One of our registrations comes due in August. As such, I always get the renewal form in late July.
In order to level out our spending, I have a ‘sub-fund’ dedicated to Car Registrations & Roadside Assistance (AAA) costs that I just contribute $25 per month. For the past couple of years, this has worked out great.
We bought a new (used) car last year. It actually was an SUV. I knew that our cost would most likely increase. This was mainly due to the fact that it was newer than the car it was replacing (a 2007 vs a 2003) plus that it was a bigger class of car (the state of Michigan classifies it and most SUVs as a ‘station wagon’, which never fails to amuse me).
So, how much did it go up?
By $65, or 73%. Last year, I paid $89 to renew the plates on my 2003 Olds Alero. This year, the cost was $154 for the 2007 Buick Rainier.
That was a few bucks more than I had thought it would be, but at least I was prepared for it going up. We will probably have to increase the amount we contribute to this fund, but it will only be by a couple of bucks per month, so we should easily be able to absorb this.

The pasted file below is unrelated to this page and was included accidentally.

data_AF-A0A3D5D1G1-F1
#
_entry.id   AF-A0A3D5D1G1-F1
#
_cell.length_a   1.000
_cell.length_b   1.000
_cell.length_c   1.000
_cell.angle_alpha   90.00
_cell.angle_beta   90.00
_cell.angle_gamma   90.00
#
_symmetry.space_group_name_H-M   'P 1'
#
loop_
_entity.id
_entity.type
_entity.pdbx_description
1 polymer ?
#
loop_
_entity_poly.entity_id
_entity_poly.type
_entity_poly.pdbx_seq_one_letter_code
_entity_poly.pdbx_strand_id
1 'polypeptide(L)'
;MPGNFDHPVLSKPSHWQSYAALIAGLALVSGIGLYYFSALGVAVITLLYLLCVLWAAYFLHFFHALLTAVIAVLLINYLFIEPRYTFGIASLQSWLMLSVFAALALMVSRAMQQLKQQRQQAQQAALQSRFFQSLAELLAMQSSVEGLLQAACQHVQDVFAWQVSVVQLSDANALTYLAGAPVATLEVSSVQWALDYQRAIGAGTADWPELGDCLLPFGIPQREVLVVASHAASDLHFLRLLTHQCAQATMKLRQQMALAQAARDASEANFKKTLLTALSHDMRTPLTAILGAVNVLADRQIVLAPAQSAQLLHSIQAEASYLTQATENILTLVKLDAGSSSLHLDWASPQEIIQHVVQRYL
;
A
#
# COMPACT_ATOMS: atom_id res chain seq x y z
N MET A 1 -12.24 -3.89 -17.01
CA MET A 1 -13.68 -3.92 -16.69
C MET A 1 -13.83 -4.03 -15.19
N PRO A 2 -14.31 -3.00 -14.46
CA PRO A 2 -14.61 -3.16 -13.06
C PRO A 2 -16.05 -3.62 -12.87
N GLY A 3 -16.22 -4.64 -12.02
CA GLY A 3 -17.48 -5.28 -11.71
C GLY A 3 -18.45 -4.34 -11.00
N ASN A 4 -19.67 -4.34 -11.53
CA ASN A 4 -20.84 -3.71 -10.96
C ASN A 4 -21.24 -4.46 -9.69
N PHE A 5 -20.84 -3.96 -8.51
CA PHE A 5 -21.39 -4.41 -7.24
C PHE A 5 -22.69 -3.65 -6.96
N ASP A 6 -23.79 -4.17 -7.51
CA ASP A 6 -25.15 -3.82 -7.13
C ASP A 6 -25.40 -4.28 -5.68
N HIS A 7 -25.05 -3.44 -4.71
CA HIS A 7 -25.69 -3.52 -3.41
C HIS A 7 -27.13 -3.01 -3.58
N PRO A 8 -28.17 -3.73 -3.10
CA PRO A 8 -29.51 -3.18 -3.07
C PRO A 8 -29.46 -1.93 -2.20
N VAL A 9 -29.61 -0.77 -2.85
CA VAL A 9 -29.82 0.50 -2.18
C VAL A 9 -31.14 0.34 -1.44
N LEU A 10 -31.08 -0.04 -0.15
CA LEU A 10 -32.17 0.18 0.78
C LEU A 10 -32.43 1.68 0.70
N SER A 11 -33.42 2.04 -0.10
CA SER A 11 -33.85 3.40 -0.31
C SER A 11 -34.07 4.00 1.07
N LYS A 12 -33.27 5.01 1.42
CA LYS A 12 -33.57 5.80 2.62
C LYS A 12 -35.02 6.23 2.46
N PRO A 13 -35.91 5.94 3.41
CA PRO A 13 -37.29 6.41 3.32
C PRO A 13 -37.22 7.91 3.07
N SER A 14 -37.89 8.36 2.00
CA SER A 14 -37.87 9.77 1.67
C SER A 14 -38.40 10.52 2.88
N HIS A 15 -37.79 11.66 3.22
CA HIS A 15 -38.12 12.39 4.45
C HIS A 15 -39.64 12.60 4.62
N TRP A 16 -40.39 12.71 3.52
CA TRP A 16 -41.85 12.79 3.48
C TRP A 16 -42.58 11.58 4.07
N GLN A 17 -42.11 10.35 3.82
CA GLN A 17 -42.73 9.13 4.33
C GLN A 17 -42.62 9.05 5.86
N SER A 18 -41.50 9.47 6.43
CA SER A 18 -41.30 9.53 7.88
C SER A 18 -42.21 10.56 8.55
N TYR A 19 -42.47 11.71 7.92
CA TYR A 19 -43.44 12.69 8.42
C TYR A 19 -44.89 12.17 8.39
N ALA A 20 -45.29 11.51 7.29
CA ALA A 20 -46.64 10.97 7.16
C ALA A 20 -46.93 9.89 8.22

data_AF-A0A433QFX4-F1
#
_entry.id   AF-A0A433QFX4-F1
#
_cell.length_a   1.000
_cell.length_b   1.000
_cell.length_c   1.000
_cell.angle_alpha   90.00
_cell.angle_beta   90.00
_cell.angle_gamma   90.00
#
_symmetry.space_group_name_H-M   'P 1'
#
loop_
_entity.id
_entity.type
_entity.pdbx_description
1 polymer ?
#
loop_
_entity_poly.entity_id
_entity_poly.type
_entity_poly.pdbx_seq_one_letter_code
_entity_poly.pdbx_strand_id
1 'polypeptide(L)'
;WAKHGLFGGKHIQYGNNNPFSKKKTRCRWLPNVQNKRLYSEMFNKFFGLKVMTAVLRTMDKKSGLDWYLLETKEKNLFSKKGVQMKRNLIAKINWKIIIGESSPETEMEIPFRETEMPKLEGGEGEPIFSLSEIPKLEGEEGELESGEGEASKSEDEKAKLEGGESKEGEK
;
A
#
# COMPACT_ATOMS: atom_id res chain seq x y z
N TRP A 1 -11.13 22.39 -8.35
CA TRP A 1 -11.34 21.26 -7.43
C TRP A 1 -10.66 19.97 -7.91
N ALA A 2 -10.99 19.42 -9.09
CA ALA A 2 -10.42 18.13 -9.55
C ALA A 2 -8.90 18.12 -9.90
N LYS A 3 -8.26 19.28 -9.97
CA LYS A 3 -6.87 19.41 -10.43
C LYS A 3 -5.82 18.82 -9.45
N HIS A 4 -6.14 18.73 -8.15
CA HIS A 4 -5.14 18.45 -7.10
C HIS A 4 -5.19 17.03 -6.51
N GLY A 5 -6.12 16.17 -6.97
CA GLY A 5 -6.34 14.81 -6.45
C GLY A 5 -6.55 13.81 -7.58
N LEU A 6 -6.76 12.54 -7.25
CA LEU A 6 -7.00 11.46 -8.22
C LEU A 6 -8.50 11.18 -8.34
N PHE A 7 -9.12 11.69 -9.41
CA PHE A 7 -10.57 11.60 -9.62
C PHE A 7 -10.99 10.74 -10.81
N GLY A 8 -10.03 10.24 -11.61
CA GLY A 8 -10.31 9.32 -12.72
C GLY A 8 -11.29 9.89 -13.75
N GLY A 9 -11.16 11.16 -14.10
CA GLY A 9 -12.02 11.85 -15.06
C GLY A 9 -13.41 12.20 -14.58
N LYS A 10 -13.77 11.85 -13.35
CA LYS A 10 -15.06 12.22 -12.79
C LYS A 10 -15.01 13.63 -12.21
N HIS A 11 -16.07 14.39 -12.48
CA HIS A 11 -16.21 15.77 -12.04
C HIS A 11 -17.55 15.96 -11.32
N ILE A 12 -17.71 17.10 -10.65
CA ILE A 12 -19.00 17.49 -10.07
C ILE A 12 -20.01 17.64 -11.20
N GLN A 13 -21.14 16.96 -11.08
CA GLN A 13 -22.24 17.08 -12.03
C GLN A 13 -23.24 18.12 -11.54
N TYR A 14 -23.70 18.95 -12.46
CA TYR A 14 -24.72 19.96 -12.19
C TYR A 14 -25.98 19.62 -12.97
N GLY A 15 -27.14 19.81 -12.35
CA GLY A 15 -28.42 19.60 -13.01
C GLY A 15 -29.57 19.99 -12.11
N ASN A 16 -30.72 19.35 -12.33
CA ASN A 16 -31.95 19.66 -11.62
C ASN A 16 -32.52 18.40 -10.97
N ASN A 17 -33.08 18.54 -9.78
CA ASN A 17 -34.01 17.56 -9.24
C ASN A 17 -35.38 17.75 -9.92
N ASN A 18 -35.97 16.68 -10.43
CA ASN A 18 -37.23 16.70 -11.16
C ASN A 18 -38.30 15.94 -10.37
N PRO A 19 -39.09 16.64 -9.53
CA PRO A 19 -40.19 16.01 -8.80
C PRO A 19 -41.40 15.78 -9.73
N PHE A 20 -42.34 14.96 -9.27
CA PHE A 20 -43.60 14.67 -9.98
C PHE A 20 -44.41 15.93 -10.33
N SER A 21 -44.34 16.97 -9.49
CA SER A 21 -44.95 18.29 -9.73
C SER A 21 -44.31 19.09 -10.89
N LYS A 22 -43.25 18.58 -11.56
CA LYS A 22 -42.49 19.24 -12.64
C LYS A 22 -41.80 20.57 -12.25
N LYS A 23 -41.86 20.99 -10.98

The good news is that, for the longer we keep the cars, the annual renewal price will fall. I’m not sure how most states work, but Michigan charges you based on the estimated re-sale value of the car. Since most cars naturally depreciate, this should fall. The biggest thing I’m keeping my eye on is an idea I’ve seen floating around as a way to raise funds for road repairs, which would be to raise the registration fees, by as much as 100%. If this ever happened, we’d have to quickly bump up the amount we contribute to this, otherwise we’d be coming up short in a hurry.
Registration fees are just one element to remember as part of the overall cost of owning a vehicle. Don’t forget to set money aside, and more importantly, don’t forget to renew your tabs or you could be in big trouble!